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onformative, Google Faces, 2013

onformative, Google Faces – Google Earth Flight Animation

Google Faces was my favourite piece in the room because of the way it ties up the uncanny atmosphere of the previous rooms with the reality of the current technological world.

Google Faces tirelessly travels through Google Maps’s satellite images and uses a face detection algorithm to detect portraits hidden in the topography of our planet. The images would look nothing like faces were it not for pareidolia, a psychological phenomenon wherein the mind perceives a familiar pattern of a face, animal, object, message or other where none actually exists. “Unprejudiced” technology meets human subjectivity.

Extra Fantômes, exposition à la Gaîté Lyrique du 7 avril au 31 juillet 2016. © vinciane verguethen/voyez-vous
Tobias Zimmer and David Ebner, Database, 2014. Exhibition view at Gaîté Lyrique. Photo: © Vinciane Verguethen/voyez-vous

The cameras of the Database installation record the faces of visitors as they enter the room, a recognition algorithm analyzes them and the resulting data is sent to a printer, which automatically prints the little portraits along with data about the time of the visitor’s passage in the gallery. The process is super fast. Every hour though, the intrusive work acknowledges the right to privacy by blending all the faces into a composite portrait and displaying it on the installation’s website, while all other digital records are deleted. As for the ridiculously voluminous prints, they get shredded.

Database publicly documents the nuts and bolts of facial recognition—which governments and large corporations keep behind closed doors—and also refuses to catalog or monetize the information accumulation, in stark contrast with other entities that collect big data.

Semiconductor, Magnetic Movie, 2007

In Semiconductor’s Magnetic Movie, physicists from NASA’s Space Sciences Laboratory at UC Berkeley describe their experiments about magnetic fields while images visualize this invisible phenomenon in the form of hectic, ever-changing geometries.

Extra Fantômes, exposition à la Gaîté Lyrique du 7 avril au 31 juillet 2016. © vinciane verguethen/voyez-vous
Extra Fantômes. Exhibition view at Gaîté Lyrique. Photo: © Vinciane Verguethen/voyez-vous

The last room in the exhibition bears the inauspicious title of ‘the Bunker.’ There’s nothing oppressive about it though. The space is filled with ideas and strategies deployed by artists to fight back against data collecting, machine scrutiny and other forms of control. They make us disappear and even turn us into ghosts in the eyes of the machines.

There’s a very straightforward way to make yourself untraceable. Head over to the website of LessEMF and get a maternity camisole, sleeping bag or poncho that will protect you from electro-magnetic fields. My personal choice would be this fetching upper body shield which might come in handy next time i fancy a bit of jousting.

Extra Fantômes, exposition à la Gaîté Lyrique du 7 avril au 31 juillet 2016. © vinciane verguethen/voyez-vous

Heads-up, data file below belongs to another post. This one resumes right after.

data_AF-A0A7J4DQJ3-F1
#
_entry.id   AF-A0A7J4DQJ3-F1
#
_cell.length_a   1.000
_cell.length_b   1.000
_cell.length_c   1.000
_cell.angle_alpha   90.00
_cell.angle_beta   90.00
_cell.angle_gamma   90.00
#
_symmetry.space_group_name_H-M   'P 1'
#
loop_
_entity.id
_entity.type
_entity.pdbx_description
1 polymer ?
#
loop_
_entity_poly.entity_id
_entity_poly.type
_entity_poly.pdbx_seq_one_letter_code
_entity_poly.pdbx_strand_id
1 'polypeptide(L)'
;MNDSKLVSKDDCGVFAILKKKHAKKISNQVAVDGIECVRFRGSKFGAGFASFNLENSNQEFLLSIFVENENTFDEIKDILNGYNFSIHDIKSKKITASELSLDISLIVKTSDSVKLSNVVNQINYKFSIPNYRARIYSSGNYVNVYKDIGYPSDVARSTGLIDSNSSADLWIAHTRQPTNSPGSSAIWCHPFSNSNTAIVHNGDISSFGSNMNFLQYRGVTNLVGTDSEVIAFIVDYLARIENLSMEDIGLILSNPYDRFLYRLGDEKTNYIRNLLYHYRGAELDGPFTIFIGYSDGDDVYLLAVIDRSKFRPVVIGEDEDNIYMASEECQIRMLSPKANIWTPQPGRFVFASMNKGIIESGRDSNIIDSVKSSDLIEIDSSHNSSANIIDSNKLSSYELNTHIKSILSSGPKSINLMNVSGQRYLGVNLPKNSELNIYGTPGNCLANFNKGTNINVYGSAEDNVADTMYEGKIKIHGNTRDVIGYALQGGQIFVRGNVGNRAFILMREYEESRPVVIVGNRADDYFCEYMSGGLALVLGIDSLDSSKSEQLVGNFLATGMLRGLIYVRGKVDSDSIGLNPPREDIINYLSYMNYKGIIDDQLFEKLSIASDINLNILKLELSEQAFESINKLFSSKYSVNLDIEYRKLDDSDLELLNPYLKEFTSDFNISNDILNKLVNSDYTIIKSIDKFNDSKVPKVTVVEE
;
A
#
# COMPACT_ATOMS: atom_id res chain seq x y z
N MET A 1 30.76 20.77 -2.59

Extra Fantômes. Exhibition view at Gaîté Lyrique. Photo: © Vinciane Verguethen/voyez-vous

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Adam Harvey, Stealth Wear

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Adam Harvey, Stealth Wear

Adam Harvey designed a range of fashionable thermal evasion garments that protect their wearer from the eyes of the drones and other heat sensing machines.

Extra Fantômes, exposition à la Gaîté Lyrique du 7 avril au 31 juillet 2016. © vinciane verguethen/voyez-vous
Extra Fantômes. Exhibition view at Gaîté Lyrique. Photo: © Vinciane Verguethen/voyez-vous

The artist and researcher is also famous for CV Dazzle, a sly make up and hair fashion technique that covers the face with bold patterns. By breaking apart the expected features targeted by computer vision algorithms, CV Dazzle makes you immune to CCTV scrutiny.

Heather Dewey-Hagborg, Invisible

Finally, Heather Dewey-Hagborg has been exploring the next frontier in surveillance: biological surveillance. Her Invisible kit ensure your genetic privacy by obliterating any DNA trace you leave behind.

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Catalogue Extra Fantômes

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Catalogue Extra Fantômes

The catalogue of the exhibition is published by Gaîté Éditions and Lienart. It contains plenty of great essays by the like of James Bridle, Finn Brunton, Vinciane Despret, Marie Lechner, Elliot Woods (Kimchi and Chips), Mushon Zer-Aviv, etc. Only available in french, i’m afraid.

More images from the exhibition:

Extra Fantômes, exposition à la Gaîté Lyrique du 7 avril au 31 juillet 2016. © vinciane verguethen/voyez-vous
Karolina Sobecka, All the Universe is Full of the Lives of Perfect Creatures. Exhibition view at Gaîté Lyrique. Photo: © Vinciane Verguethen/voyez-vous


Mathieu Schmitt, Oui Ja, 2013

Extra Fantômes, exposition à la Gaîté Lyrique du 7 avril au 31 juillet 2016. © vinciane verguethen/voyez-vous
Mathieu Schmitt, Oui Ja, 2013. Exhibition view at Gaîté Lyrique. Photo: © Vinciane Verguethen/voyez-vous

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Malte Martin, Spectres, 2014

Extra Fantômes, exposition à la Gaîté Lyrique du 7 avril au 31 juillet 2016. © vinciane verguethen/voyez-vous
Exhibition view at Gaîté Lyrique. Photo: © Vinciane Verguethen/voyez-vous

Extra Fantômes, exposition à la Gaîté Lyrique du 7 avril au 31 juillet 2016. © vinciane verguethen/voyez-vous
Extra Fantômes. Exhibition view at Gaîté Lyrique. Photo: © Vinciane Verguethen/voyez-vous

Extra Fantômes. The real, the fake, the uncertain was curated by Daily tous les jours. The show remains open at Gaîté Lyrique in Paris until July 31rst 2016.